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I grew up being bashful, and I hated it.
I just didn’t know how to avoid being that way, but I guess many people are that way, but not finding a way to get out of it.
I never did, until the day I became editor and owner of The Wake Weekly — something I never had the slightest idea of becoming in my early years. I had an offer from my brother Bill who served in the U.S. Army under Gen. Patton’s Fifth Army and he was known as “Blood and Guts” Patton.
Bill had worked in telephone communications, and before then he started out counting traffic at certain highway places in order for state highway personnel to decide where improvements needed to be made.
It was a terribly lonesome and boring job, but Bill knew there would be better jobs along the way. This first job, although terribly boring, was the beginning step to a better position. At least that was what Bill thought. It was only a matter of time before the job Bill and others were doing, was replaced with mechanical counters by placing a cord across different highways.
One time I went out with Bill on one of these counter job locations because I found it fun at first. But soon learned it was very boring and difficult to keep your wits about you and stay awake. But Bill (10 years my senior) always seemed much older (like a dad to me) because we lost our father when I was 8 years old when Dad passed away from a heart attack, and Bill was 18 and just graduated from high school in Woodbury, New Jersey.
I always loved to work with Bill because he could keep an interesting conversation going while we were working and this always worked wonders for me. It was almost like magic to keep you alert and interested in any boring job we were doing like the boring job of pulling weeds in our large “Victory” garden. We grew and tended the garden near our home after moving from our farm home a half-mile away when dad died during the Great Depression at the early age of 48.
Bill also inherited the old (but majestic) home where my older Aunt Molly lived right close by because Bill had a way with helping people who needed it, and they usually responded by leaving something valuable to him.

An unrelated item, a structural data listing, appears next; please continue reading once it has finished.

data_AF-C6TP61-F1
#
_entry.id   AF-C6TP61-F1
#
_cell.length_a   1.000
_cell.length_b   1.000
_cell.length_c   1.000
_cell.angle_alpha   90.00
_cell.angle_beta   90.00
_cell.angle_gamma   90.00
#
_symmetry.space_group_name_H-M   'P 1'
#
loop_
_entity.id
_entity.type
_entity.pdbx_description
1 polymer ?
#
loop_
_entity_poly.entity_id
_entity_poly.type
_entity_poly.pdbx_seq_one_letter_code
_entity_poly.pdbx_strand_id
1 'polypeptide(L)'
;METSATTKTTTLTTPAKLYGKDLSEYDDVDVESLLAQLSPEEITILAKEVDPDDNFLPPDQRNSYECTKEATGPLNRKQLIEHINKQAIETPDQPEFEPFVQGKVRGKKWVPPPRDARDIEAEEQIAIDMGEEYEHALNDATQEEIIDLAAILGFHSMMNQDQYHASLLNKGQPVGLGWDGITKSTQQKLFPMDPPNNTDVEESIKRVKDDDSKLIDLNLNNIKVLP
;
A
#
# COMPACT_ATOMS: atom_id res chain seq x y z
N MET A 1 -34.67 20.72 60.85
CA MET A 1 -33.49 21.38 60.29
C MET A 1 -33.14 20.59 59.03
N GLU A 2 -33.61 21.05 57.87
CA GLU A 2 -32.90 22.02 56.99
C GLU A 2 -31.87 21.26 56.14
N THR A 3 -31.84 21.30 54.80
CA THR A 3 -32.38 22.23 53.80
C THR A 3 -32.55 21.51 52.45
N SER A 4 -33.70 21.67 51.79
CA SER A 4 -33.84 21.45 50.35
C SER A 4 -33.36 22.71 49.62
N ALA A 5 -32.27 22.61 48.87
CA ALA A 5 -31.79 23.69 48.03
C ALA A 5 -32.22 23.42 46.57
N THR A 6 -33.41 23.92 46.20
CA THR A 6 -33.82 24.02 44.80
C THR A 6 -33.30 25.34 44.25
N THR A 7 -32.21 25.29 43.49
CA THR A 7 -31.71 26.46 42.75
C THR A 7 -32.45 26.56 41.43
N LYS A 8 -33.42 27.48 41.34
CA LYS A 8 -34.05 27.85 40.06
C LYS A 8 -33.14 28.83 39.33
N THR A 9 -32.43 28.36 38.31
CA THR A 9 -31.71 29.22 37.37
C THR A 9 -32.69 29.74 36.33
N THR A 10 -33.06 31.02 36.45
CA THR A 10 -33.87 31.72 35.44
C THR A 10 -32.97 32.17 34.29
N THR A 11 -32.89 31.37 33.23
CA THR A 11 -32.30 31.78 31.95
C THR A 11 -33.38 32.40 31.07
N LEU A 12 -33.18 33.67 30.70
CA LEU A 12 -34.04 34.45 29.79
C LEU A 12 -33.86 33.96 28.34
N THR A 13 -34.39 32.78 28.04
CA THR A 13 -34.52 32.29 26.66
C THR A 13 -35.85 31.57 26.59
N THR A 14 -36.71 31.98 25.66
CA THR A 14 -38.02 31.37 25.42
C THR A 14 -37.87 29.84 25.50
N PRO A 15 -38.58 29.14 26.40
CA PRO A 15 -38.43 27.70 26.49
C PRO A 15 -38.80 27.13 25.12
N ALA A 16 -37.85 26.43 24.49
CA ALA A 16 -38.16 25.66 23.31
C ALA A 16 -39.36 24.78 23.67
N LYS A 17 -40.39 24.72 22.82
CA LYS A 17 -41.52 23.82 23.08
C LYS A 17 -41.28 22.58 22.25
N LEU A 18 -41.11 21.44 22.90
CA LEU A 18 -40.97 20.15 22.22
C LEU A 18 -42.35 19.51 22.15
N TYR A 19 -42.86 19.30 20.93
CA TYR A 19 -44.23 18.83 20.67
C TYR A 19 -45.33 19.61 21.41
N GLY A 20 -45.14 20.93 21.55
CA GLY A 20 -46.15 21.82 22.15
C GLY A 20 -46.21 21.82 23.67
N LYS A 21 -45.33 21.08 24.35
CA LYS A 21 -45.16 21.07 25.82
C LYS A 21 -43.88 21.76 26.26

Bill started on the improvement by repainting the home and I was known as the small trim painter like the baseboards and kitchen cabinets.
I was the one who mowed the well-established heavy lawn grass, but the quarter payment didn’t go far in those days — hardly enough to get a couple bottles of soda pop to cool off your sweating body.
But, you know, somehow we made it through the tough times in our lives, and we enjoyed those times much more than we expected.
Bill’s inherited old home became a treasured home place for a nice young couple with several kids which rounded out our neighborhood nicely. They were the Pancoast family.
I want to relay this to you (something I never wrote in one of my many columns though the years). When a sophomore in Glassboro New Jersey High School, I asked my mother to help me find a poem to recite in class as instructed by our new teacher that year.
She came up with a poem which started out this way: “A little peach in the orchard grew, warmed by the sun and wet by the dew,” and that’s as far as I ever got memorized. Memorization was just not one of my attributes, and each time the teacher asked if I was ready for my recital, I would respond with, “No, I’m not ready’ and I never did learn that poem and now it’s 79 years later!
Bob Allen, publisher emeritus of The Wake Weekly, invites comments at 919-556-3059 or email@example.com.